Doran’s Corner and Courthouse Road in February 2024

Live Aid, The Musical

I hadn’t thought about Live Aid for years until I mentioned it last week in the context of the old Pres. yearbook. And then, just like that, mention of it is everywhere.

Bob Geldof and his wife were among a slew of celebrities at the press night for a new musical based on the story of Live Aid.

Geldof, 72, who was lead singer of the Boomtown Rats, appeared alongside his wife Jeanne Marine at the Old Vic, which is where the production is being staged.  Just For One Day tells the story of the Live Aid concerts in London and Philadelphia on July 13th, 1985, which were organised by Geldof and fellow musician Midge Ure to raise money for the Ethiopian famine. The plot of the production, which takes its name from a line in David Bowie’s song Heroes, combines a behind-the-scenes look at how Band Aid and Live Aid came together with a love story inspired by real events.  The stage adaption of Just For One Day, written by British author John O’Farrell, premiered on January 26th and will run until March 30th.

It is directed by Luke Sheppard and features music by Bob Dylan, The Who, U2, The Police, The Pretenders, The Cars, Status Quo, Bryan Adams and Diana Ross.

(Source: Facebook)

Back Then…..

Way back then…

Thanks to Ger Greaney for the memory.

For the young people who never heard of this malarkey, I’ll explain.

It was Valentine’s day 56 years ago. The programme was The Late Late show. Gay Byrne had a married couple from the audience to play a “game” where the husband is asked questions about their honeymoon and then the wife is asked the same questions.

This account is from The Journal…

During the game, played with audience participation, a man was asked what colour nightie his wife wore on their wedding night. He replied that it was ‘transparent’, eliciting huge guffaws from the audience.

When asked the same question, his wife answered that she could not remember and that maybe she had worn none at all, a response which was to cause huge controversy.

Until the arrival of The Late Late Show, matters of such personal intimacy were virtually unheard of as topics of public discourse. Furthermore, the fact that the comment by Mr Fox on his wife’s ‘transparent’ nightie caused no public outrage manifests the gendered nature of Irish culture of the time.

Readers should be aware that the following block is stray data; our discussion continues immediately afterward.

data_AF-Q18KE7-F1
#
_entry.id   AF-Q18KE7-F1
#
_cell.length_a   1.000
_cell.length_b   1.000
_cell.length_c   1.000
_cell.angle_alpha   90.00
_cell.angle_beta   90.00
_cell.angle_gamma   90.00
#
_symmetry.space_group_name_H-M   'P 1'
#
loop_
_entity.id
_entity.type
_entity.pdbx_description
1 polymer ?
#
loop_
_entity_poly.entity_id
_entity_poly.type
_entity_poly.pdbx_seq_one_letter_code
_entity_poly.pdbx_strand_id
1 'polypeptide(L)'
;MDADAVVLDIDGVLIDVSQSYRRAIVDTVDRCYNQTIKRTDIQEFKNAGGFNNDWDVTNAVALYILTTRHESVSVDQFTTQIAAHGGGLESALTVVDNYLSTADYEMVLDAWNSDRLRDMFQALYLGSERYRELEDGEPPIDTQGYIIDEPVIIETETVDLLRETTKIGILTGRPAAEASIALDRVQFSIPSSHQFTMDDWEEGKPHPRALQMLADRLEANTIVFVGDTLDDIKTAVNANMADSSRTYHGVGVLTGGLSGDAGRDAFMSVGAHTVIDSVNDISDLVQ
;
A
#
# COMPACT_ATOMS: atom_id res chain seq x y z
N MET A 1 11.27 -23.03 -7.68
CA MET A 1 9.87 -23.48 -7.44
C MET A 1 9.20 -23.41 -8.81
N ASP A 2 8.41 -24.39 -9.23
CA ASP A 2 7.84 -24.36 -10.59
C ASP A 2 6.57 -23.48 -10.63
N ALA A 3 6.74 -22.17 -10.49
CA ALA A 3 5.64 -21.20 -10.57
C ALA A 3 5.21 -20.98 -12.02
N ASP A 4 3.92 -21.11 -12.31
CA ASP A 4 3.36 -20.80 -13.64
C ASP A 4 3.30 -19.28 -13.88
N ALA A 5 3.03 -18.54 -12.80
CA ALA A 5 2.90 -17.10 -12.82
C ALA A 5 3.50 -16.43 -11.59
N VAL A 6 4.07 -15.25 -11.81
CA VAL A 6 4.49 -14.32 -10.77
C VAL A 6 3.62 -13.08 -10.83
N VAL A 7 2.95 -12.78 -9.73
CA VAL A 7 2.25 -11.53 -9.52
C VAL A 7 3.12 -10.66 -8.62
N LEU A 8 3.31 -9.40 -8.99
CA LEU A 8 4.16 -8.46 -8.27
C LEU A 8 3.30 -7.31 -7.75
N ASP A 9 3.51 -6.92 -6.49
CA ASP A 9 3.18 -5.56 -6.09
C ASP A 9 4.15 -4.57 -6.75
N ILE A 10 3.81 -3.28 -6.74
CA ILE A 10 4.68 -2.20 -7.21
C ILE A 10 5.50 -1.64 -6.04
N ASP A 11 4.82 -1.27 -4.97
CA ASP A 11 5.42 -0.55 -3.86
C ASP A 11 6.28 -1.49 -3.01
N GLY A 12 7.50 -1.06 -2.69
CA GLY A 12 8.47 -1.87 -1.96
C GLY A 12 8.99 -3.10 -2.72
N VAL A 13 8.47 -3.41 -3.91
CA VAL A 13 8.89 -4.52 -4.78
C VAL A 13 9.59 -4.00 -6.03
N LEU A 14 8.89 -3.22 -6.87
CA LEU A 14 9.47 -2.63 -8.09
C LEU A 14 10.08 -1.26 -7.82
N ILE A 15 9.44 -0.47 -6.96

In 1960s Ireland it was not entirely condemnable for a man to make comments, albeit unintentionally, of a sexual nature. Mrs Fox’s comments, however, were deemed unacceptable utterances from a woman, moreover a woman who on first encounter had appeared wholesome and content.

Fast forward to 2024 and we have Love Island.

A Poem

An Artefact

At the last meeting of Muskerry Local History Society we were treated to an interesting talk by Liam Hayes on Lighting without Electricity.

Liam took us from the candle, once only a source of light, now a romantic accessory or refuge in a power cut.

Before electricity there were three powers, divine power, horse power and candle power. All of that changed in 1946 when rural electrification came to the countryside. It was 1958 before it came to Clonmult where Liam lived. The ESB brought the power to the gate and the householder had to have it installed in the house at a cost per light switch and per plug socket. Most people took one switch and one socket.

We had tilly lamps for the house and storm lanterns for the yard.

Top right is a carbide lamp from 1900 and bottom right is a bicycle lamp.

A Fact

The Tailteann Games date back to the Bronze Age. The Tailteann Games were held to honour a goddess from the country’s pagan days. They were named for the Goddess Tailtiu, who was the daughter of the King of Spain who later married the High King of Ireland.